24 Hours in Tankerton, Whitstable

Beach huts Whitstable

I love living in Kent and barely a week goes by that I’m not grateful for our decision to move here. Having said that, I also escape every opportunity I get and bank holiday weekends are usually spent in Europe or at least somewhere else on the British Isles. Imagine my horror then when a hen’s party was scheduled on bank holiday Saturday, thus thwarting our plans to escape to Poland.

With just Sunday and Monday to spare on the bank holiday weekend, I decided to surprise Stephen with 24 hours away. I knew what I wanted – I wanted to go somewhere that would allow pets because I wanted to take our Labrador Molly with us and I was hoping for somewhere by the sea. I also wanted something a little old school or rustic and was looking at Canopy & Stars for glamping options as well as Airbnb.

With inspiration and a little bit of research, my plans began to take shape and my itinerary was set.

Where We Stayed

We found a lovely Airbnb apartment located in Tankerton, a quiet suburb of Whitstable. Our host Anna was absolutely lovely and very welcoming of Molly. She was also accepting of the fact that we were only staying for one night on a bank holiday weekend.

The flat was very quirky and decorated throughout with personal photographs. There was also a theme of love flowing through the entire apartment, which suited our romantic needs perfectly.

Love Airbnb Apartment Whitstable

If you’ve never used Airbnb before, I would wholeheartedly recommend it as an alternative to hotels or guest houses. It is definitely for people who would like to cook for themselves or will eat out but it is so much better than a soulless hotel or cottage. When you join Airbnb, you get a referral code so if you click here you will get £25 off your first booking and I will also get money off my next booking.

Where We Ate

We were only in Whitstable for 24 hours yet still managed to fit in three meals. We enjoyed a delicious seaside lunch at The Lobster Shack, Whitstable and had a romantic anniversary dinner at East Coast Dining Room. We also had a very bad breakfast experience at The Marine Hotel on Marine Parade. I won’t bore everybody with the details but you can see my review at Yelp if you wish. Suffice to say, avoid at all costs (unless you like rude and horrible service, in which case don’t).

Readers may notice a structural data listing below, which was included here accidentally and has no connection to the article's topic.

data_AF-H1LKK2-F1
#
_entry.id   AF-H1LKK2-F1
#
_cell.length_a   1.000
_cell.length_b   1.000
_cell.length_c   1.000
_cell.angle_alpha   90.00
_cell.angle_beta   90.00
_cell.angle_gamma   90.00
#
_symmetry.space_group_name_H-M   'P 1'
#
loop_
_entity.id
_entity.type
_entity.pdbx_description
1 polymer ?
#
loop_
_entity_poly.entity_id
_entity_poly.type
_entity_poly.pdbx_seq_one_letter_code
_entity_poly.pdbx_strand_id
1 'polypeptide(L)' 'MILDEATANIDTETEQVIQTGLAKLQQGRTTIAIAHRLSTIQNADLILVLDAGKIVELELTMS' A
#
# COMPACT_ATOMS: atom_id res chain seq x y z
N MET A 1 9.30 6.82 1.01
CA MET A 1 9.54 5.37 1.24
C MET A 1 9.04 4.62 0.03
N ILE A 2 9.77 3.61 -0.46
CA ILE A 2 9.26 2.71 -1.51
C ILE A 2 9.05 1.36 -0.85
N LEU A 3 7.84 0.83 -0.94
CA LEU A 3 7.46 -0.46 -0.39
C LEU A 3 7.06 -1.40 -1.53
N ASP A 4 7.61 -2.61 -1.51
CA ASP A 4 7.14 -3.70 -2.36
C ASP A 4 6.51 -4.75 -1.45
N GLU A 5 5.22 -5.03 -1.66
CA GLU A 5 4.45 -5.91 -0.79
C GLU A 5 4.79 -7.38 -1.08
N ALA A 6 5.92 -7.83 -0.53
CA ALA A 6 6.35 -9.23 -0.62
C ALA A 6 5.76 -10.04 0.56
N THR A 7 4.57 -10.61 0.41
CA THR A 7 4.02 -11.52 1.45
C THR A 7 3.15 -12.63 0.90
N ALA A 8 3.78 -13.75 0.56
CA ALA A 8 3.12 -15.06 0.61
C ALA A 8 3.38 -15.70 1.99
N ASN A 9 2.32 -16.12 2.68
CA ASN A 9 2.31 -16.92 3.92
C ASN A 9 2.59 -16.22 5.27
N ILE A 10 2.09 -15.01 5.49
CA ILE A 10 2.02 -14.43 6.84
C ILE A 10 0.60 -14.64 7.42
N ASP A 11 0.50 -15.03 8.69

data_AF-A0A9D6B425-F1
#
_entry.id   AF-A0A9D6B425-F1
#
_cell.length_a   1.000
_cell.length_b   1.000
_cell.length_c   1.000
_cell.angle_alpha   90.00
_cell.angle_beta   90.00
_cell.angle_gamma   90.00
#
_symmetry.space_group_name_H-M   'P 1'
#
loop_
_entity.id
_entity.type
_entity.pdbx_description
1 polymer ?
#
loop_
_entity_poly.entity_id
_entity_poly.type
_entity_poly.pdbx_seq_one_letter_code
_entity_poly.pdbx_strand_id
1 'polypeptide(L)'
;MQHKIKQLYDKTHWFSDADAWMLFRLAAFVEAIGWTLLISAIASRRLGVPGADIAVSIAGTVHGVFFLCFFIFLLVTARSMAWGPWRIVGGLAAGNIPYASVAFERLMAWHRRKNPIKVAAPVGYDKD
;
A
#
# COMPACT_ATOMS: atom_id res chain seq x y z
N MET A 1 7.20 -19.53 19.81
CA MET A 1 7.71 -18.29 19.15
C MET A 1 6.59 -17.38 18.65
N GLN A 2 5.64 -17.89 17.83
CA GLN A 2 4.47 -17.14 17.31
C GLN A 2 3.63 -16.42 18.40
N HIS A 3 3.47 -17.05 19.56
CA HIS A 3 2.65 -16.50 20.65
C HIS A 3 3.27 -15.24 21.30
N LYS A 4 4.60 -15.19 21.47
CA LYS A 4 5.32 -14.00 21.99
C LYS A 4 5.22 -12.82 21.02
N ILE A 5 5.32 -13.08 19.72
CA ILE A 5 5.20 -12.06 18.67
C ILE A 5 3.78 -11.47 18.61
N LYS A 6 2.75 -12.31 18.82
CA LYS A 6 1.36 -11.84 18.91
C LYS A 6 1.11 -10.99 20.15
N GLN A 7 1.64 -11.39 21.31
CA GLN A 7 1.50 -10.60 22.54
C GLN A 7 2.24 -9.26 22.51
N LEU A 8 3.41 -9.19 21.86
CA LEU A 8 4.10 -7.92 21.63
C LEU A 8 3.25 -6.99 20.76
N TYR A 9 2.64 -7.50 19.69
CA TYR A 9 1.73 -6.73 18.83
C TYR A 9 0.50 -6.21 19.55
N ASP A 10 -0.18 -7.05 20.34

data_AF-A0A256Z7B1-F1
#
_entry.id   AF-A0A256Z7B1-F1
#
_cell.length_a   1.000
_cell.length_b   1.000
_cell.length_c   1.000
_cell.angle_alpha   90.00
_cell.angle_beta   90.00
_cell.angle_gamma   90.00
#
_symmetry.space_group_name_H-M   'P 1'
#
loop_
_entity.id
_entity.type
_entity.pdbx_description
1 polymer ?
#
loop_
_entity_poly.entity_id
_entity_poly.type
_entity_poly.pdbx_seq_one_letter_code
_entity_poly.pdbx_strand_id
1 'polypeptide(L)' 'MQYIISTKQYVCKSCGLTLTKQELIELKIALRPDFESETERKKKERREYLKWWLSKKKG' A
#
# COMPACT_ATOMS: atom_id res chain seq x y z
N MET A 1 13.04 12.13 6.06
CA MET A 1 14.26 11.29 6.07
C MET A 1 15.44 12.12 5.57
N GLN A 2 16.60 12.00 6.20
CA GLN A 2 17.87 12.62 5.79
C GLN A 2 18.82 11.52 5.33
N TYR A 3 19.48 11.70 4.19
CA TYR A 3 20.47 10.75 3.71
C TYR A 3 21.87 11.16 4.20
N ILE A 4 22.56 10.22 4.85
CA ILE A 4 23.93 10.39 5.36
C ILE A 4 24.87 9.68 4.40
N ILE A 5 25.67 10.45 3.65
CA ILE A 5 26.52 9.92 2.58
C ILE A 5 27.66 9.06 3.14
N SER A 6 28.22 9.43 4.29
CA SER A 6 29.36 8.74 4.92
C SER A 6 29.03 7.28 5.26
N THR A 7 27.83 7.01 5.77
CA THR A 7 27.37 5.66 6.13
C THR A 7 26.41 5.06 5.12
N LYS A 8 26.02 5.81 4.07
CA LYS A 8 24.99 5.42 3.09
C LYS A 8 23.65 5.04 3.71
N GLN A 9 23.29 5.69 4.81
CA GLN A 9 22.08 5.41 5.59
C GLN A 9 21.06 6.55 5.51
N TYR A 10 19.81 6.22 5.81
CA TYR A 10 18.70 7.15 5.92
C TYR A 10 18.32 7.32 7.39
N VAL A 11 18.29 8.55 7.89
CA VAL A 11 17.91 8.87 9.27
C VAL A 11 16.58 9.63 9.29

What We Did

Stephen and Molly Whitstable

Warning: this is going to sound excessively dull to many people so proceed with caution.

Readers of this blog will know that I have a tendency to burn the candle at both ends and with that in mind, we planned to do absolutely nothing. Well, that’s not exactly true.

Yup, that is pretty much all we did and it was absolutely glorious!

What We Also Did (But Which Was A Bit Sad)

The Pier at Seasalter

The one thing we did do which was sad but also incredibly meaningful to us was to release Josey’s ashes over the sea in Seasalter. We chose Seasalter because it is a very quiet beach (we didn’t want to upset any young children!) but we wanted to leave my big dog in a place where she could frolic along the beach and play with the seagulls. I think she would have liked it and now I’ll always have this peaceful place to think of when we think of her final resting place.

What We Will Do Next Time